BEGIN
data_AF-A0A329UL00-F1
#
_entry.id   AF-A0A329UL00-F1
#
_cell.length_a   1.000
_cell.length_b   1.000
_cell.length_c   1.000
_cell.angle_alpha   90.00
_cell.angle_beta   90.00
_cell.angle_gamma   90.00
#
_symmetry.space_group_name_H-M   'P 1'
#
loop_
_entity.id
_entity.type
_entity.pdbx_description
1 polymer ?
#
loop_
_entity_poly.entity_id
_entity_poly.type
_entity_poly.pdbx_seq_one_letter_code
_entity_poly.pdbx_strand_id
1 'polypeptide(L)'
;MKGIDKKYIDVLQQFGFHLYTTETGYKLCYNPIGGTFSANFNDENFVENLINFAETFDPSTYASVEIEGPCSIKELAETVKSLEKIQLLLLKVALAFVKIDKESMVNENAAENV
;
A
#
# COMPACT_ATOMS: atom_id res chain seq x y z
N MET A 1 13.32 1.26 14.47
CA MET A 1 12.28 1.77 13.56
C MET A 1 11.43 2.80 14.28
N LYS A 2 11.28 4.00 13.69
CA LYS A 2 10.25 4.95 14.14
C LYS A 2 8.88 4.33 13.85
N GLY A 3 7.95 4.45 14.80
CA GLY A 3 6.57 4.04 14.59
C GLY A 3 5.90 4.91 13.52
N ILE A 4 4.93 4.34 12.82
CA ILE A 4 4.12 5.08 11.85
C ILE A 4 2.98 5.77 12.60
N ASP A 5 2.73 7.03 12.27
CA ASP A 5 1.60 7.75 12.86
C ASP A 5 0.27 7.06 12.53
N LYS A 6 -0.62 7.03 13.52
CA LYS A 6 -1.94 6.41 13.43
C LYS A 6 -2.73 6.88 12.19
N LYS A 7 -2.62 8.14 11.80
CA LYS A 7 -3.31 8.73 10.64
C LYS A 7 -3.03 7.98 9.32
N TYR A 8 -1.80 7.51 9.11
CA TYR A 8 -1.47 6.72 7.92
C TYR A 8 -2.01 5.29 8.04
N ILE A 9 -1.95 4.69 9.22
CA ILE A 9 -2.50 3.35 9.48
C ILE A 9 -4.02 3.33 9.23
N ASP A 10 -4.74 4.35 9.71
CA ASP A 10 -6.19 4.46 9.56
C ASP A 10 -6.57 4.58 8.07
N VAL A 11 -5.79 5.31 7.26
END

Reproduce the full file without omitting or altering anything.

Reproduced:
data_AF-A0A329UL00-F1
#
_entry.id   AF-A0A329UL00-F1
#
_cell.length_a   1.000
_cell.length_b   1.000
_cell.length_c   1.000
_cell.angle_alpha   90.00
_cell.angle_beta   90.00
_cell.angle_gamma   90.00
#
_symmetry.space_group_name_H-M   'P 1'
#
loop_
_entity.id
_entity.type
_entity.pdbx_description
1 polymer ?
#
loop_
_entity_poly.entity_id
_entity_poly.type
_entity_poly.pdbx_seq_one_letter_code
_entity_poly.pdbx_strand_id
1 'polypeptide(L)'
;MKGIDKKYIDVLQQFGFHLYTTETGYKLCYNPIGGTFSANFNDENFVENLINFAETFDPSTYASVEIEGPCSIKELAETVKSLEKIQLLLLKVALAFVKIDKESMVNENAAENV
;
A
#
# COMPACT_ATOMS: atom_id res chain seq x y z
N MET A 1 13.32 1.26 14.47
CA MET A 1 12.28 1.77 13.56
C MET A 1 11.43 2.80 14.28
N LYS A 2 11.28 4.00 13.69
CA LYS A 2 10.25 4.95 14.14
C LYS A 2 8.88 4.33 13.85
N GLY A 3 7.95 4.45 14.80
CA GLY A 3 6.57 4.04 14.59
C GLY A 3 5.90 4.91 13.52
N ILE A 4 4.93 4.34 12.82
CA ILE A 4 4.12 5.08 11.85
C ILE A 4 2.98 5.77 12.60
N ASP A 5 2.73 7.03 12.27
CA ASP A 5 1.60 7.75 12.86
C ASP A 5 0.27 7.06 12.53
N LYS A 6 -0.62 7.03 13.52
CA LYS A 6 -1.94 6.41 13.43
C LYS A 6 -2.73 6.88 12.19
N LYS A 7 -2.62 8.14 11.80
CA LYS A 7 -3.31 8.73 10.64
C LYS A 7 -3.03 7.98 9.32
N TYR A 8 -1.80 7.51 9.11
CA TYR A 8 -1.47 6.72 7.92
C TYR A 8 -2.01 5.29 8.04
N ILE A 9 -1.95 4.69 9.22
CA ILE A 9 -2.50 3.35 9.48
C ILE A 9 -4.02 3.33 9.23
N ASP A 10 -4.74 4.35 9.71
CA ASP A 10 -6.19 4.46 9.56
C ASP A 10 -6.57 4.58 8.07
N VAL A 11 -5.79 5.31 7.26